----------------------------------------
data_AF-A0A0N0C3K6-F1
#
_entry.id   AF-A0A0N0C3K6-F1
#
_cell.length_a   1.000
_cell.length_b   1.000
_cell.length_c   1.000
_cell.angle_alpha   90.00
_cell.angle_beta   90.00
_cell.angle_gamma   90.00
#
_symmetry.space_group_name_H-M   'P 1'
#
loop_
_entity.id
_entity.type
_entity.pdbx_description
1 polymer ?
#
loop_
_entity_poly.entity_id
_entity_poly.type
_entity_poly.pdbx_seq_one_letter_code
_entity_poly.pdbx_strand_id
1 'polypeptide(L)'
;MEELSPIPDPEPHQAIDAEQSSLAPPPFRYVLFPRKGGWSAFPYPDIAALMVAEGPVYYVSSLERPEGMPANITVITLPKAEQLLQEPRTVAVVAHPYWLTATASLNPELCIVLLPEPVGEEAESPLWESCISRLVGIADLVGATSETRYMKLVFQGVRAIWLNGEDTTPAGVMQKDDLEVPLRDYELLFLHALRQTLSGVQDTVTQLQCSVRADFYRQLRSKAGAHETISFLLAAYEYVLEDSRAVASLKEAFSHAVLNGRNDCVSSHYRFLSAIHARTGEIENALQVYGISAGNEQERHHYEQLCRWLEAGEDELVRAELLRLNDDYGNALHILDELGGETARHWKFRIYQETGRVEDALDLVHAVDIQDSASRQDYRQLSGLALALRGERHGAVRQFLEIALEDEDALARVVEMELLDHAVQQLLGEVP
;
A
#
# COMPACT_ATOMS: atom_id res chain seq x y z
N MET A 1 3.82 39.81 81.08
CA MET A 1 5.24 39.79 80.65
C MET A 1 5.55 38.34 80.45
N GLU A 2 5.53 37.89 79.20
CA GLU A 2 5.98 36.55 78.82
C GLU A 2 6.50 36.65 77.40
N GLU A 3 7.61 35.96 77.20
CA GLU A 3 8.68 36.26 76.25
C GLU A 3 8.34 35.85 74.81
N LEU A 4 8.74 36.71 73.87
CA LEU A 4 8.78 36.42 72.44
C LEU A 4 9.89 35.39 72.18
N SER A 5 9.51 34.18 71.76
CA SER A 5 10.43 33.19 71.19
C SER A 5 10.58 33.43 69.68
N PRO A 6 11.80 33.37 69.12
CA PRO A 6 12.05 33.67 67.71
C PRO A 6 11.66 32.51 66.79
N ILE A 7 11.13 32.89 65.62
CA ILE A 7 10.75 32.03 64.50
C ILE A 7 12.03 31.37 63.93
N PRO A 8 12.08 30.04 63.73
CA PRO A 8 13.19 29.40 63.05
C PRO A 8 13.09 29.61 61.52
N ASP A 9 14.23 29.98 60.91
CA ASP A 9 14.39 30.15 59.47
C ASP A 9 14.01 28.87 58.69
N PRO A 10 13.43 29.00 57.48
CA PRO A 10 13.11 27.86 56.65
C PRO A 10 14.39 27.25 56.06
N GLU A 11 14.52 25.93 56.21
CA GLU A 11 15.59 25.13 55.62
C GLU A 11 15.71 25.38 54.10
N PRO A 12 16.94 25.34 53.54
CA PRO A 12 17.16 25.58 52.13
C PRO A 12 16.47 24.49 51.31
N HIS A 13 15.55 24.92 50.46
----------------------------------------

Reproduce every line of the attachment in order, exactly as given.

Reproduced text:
data_AF-A0A0N0C3K6-F1
#
_entry.id   AF-A0A0N0C3K6-F1
#
_cell.length_a   1.000
_cell.length_b   1.000
_cell.length_c   1.000
_cell.angle_alpha   90.00
_cell.angle_beta   90.00
_cell.angle_gamma   90.00
#
_symmetry.space_group_name_H-M   'P 1'
#
loop_
_entity.id
_entity.type
_entity.pdbx_description
1 polymer ?
#
loop_
_entity_poly.entity_id
_entity_poly.type
_entity_poly.pdbx_seq_one_letter_code
_entity_poly.pdbx_strand_id
1 'polypeptide(L)'
;MEELSPIPDPEPHQAIDAEQSSLAPPPFRYVLFPRKGGWSAFPYPDIAALMVAEGPVYYVSSLERPEGMPANITVITLPKAEQLLQEPRTVAVVAHPYWLTATASLNPELCIVLLPEPVGEEAESPLWESCISRLVGIADLVGATSETRYMKLVFQGVRAIWLNGEDTTPAGVMQKDDLEVPLRDYELLFLHALRQTLSGVQDTVTQLQCSVRADFYRQLRSKAGAHETISFLLAAYEYVLEDSRAVASLKEAFSHAVLNGRNDCVSSHYRFLSAIHARTGEIENALQVYGISAGNEQERHHYEQLCRWLEAGEDELVRAELLRLNDDYGNALHILDELGGETARHWKFRIYQETGRVEDALDLVHAVDIQDSASRQDYRQLSGLALALRGERHGAVRQFLEIALEDEDALARVVEMELLDHAVQQLLGEVP
;
A
#
# COMPACT_ATOMS: atom_id res chain seq x y z
N MET A 1 3.82 39.81 81.08
CA MET A 1 5.24 39.79 80.65
C MET A 1 5.55 38.34 80.45
N GLU A 2 5.53 37.89 79.20
CA GLU A 2 5.98 36.55 78.82
C GLU A 2 6.50 36.65 77.40
N GLU A 3 7.61 35.96 77.20
CA GLU A 3 8.68 36.26 76.25
C GLU A 3 8.34 35.85 74.81
N LEU A 4 8.74 36.71 73.87
CA LEU A 4 8.78 36.42 72.44
C LEU A 4 9.89 35.39 72.18
N SER A 5 9.51 34.18 71.76
CA SER A 5 10.43 33.19 71.19
C SER A 5 10.58 33.43 69.68
N PRO A 6 11.80 33.37 69.12
CA PRO A 6 12.05 33.67 67.71
C PRO A 6 11.66 32.51 66.79
N ILE A 7 11.13 32.89 65.62
CA ILE A 7 10.75 32.03 64.50
C ILE A 7 12.03 31.37 63.93
N PRO A 8 12.08 30.04 63.73
CA PRO A 8 13.19 29.40 63.05
C PRO A 8 13.09 29.61 61.52
N ASP A 9 14.23 29.98 60.91
CA ASP A 9 14.39 30.15 59.47
C ASP A 9 14.01 28.87 58.69
N PRO A 10 13.43 29.00 57.48
CA PRO A 10 13.11 27.86 56.65
C PRO A 10 14.39 27.25 56.06
N GLU A 11 14.52 25.93 56.21
CA GLU A 11 15.59 25.13 55.62
C GLU A 11 15.71 25.38 54.10
N PRO A 12 16.94 25.34 53.54
CA PRO A 12 17.16 25.58 52.13
C PRO A 12 16.47 24.49 51.31
N HIS A 13 15.55 24.92 50.46